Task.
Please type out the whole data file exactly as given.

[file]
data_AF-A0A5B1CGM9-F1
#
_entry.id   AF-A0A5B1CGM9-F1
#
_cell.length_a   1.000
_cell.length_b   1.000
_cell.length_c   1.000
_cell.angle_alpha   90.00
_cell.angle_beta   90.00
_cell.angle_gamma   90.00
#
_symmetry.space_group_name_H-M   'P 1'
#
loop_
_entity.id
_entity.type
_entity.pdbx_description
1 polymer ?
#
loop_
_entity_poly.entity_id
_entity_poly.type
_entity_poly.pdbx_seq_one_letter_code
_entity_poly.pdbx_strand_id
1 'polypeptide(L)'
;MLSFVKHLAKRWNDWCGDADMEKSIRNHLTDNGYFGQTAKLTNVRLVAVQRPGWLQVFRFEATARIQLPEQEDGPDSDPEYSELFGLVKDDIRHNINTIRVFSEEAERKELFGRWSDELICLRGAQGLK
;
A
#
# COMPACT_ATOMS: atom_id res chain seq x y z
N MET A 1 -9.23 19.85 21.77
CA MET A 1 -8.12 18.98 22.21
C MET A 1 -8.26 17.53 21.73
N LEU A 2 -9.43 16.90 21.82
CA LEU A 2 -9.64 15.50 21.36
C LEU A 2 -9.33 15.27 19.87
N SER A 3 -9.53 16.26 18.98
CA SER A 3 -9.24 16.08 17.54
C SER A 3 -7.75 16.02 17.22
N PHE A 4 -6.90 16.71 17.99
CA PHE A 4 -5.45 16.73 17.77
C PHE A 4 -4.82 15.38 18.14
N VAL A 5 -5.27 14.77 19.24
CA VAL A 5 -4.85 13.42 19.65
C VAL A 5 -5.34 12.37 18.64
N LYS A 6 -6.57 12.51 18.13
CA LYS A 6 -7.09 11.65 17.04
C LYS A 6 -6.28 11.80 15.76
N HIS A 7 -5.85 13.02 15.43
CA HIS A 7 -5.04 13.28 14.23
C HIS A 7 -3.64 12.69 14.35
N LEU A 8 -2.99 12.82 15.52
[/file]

data_AF-A0A5B1CGM9-F1
#
_entry.id   AF-A0A5B1CGM9-F1
#
_cell.length_a   1.000
_cell.length_b   1.000
_cell.length_c   1.000
_cell.angle_alpha   90.00
_cell.angle_beta   90.00
_cell.angle_gamma   90.00
#
_symmetry.space_group_name_H-M   'P 1'
#
loop_
_entity.id
_entity.type
_entity.pdbx_description
1 polymer ?
#
loop_
_entity_poly.entity_id
_entity_poly.type
_entity_poly.pdbx_seq_one_letter_code
_entity_poly.pdbx_strand_id
1 'polypeptide(L)'
;MLSFVKHLAKRWNDWCGDADMEKSIRNHLTDNGYFGQTAKLTNVRLVAVQRPGWLQVFRFEATARIQLPEQEDGPDSDPEYSELFGLVKDDIRHNINTIRVFSEEAERKELFGRWSDELICLRGAQGLK
;
A
#
# COMPACT_ATOMS: atom_id res chain seq x y z
N MET A 1 -9.23 19.85 21.77
CA MET A 1 -8.12 18.98 22.21
C MET A 1 -8.26 17.53 21.73
N LEU A 2 -9.43 16.90 21.82
CA LEU A 2 -9.64 15.50 21.36
C LEU A 2 -9.33 15.27 19.87
N SER A 3 -9.53 16.26 18.98
CA SER A 3 -9.24 16.08 17.54
C SER A 3 -7.75 16.02 17.22
N PHE A 4 -6.90 16.71 17.99
CA PHE A 4 -5.45 16.73 17.77
C PHE A 4 -4.82 15.38 18.14
N VAL A 5 -5.27 14.77 19.24
CA VAL A 5 -4.85 13.42 19.65
C VAL A 5 -5.34 12.37 18.64
N LYS A 6 -6.57 12.51 18.13
CA LYS A 6 -7.09 11.65 17.04
C LYS A 6 -6.28 11.80 15.76
N HIS A 7 -5.85 13.02 15.43
CA HIS A 7 -5.04 13.28 14.23
C HIS A 7 -3.64 12.69 14.35
N LEU A 8 -2.99 12.82 15.52